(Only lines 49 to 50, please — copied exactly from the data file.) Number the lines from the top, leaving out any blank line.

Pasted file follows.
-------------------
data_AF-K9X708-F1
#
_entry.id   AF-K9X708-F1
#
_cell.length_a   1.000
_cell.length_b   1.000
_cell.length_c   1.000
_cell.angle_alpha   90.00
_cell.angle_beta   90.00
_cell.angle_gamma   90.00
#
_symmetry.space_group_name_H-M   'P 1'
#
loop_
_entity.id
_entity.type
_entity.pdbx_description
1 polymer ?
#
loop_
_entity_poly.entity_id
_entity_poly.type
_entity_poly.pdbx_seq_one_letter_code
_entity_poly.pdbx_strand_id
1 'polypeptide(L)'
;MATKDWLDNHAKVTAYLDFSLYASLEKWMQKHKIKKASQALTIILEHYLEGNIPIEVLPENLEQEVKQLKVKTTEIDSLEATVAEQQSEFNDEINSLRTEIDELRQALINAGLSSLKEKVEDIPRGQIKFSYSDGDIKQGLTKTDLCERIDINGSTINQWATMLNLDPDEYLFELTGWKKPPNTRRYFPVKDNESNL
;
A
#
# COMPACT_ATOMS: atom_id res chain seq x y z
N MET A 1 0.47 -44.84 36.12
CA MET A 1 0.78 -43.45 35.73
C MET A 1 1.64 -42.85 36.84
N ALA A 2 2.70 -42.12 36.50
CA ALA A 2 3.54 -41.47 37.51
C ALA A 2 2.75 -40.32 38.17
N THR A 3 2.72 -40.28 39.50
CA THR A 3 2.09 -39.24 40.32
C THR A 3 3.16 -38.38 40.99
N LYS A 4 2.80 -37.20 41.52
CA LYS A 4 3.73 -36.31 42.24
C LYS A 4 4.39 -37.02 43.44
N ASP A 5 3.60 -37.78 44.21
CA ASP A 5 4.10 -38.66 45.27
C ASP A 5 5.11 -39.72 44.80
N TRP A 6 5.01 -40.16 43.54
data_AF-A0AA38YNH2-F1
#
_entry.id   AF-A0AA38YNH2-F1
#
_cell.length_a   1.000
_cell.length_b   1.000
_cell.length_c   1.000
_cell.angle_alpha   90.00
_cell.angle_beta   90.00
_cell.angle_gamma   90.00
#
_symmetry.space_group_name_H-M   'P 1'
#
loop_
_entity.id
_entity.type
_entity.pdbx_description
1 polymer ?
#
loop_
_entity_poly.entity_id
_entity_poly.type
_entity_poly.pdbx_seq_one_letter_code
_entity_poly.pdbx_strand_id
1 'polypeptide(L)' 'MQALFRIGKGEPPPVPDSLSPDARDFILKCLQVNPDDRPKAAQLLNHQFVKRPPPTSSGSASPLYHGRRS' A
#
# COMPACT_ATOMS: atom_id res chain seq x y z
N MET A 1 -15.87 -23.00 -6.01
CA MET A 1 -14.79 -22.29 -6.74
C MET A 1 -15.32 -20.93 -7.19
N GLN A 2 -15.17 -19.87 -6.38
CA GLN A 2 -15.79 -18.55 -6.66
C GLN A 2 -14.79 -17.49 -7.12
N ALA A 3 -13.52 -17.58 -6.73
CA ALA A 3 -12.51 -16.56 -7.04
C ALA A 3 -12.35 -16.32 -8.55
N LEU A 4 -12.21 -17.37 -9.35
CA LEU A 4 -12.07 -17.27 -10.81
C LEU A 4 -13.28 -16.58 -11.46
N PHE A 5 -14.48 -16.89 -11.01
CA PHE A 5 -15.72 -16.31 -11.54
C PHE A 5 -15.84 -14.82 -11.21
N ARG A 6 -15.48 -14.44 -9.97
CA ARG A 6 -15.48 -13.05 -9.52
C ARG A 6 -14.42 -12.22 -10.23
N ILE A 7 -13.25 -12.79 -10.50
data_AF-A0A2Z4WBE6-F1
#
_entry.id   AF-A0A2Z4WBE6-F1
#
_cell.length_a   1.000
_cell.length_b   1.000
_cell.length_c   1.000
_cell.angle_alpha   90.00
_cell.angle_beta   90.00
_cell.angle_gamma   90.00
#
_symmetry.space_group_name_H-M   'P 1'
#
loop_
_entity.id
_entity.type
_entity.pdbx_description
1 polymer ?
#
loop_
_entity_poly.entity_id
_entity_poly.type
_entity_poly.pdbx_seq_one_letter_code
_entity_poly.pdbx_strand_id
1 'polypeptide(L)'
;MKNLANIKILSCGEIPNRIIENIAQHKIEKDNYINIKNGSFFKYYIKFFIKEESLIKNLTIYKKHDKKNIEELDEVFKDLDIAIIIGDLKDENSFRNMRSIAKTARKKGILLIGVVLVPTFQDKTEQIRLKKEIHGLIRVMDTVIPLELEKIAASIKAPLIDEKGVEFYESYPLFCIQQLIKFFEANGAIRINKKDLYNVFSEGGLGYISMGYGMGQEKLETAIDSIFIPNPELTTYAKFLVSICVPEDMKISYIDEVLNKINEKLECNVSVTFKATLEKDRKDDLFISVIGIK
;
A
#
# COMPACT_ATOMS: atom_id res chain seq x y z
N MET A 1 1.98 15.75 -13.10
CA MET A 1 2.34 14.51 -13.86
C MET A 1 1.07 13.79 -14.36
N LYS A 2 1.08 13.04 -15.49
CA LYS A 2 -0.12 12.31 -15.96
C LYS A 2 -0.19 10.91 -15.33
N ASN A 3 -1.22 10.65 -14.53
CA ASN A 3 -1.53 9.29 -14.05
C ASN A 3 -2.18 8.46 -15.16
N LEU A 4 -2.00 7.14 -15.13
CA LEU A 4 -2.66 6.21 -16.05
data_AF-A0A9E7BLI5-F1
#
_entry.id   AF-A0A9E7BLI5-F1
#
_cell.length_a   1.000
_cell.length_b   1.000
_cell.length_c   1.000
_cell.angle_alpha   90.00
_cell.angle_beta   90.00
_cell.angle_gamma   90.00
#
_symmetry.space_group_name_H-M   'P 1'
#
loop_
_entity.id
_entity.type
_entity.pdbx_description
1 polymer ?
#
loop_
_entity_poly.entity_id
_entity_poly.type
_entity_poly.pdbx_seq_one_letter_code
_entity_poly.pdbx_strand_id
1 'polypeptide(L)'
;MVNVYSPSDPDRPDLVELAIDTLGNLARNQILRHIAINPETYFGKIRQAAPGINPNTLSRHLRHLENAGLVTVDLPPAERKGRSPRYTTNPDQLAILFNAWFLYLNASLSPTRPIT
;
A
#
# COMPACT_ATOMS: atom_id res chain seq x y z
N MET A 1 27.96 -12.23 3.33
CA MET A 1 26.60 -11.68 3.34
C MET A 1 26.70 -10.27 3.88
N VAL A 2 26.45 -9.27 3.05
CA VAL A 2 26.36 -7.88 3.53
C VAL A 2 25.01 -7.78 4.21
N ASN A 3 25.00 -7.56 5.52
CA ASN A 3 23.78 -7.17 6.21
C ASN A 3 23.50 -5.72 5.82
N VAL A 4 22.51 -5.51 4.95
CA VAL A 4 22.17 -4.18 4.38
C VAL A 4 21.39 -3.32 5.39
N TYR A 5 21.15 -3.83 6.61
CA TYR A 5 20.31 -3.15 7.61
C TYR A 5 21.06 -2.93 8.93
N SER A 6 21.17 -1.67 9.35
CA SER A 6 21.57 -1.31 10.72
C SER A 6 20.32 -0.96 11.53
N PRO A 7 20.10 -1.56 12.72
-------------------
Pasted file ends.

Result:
_entry.id   AF-A0AA38YNH2-F1
#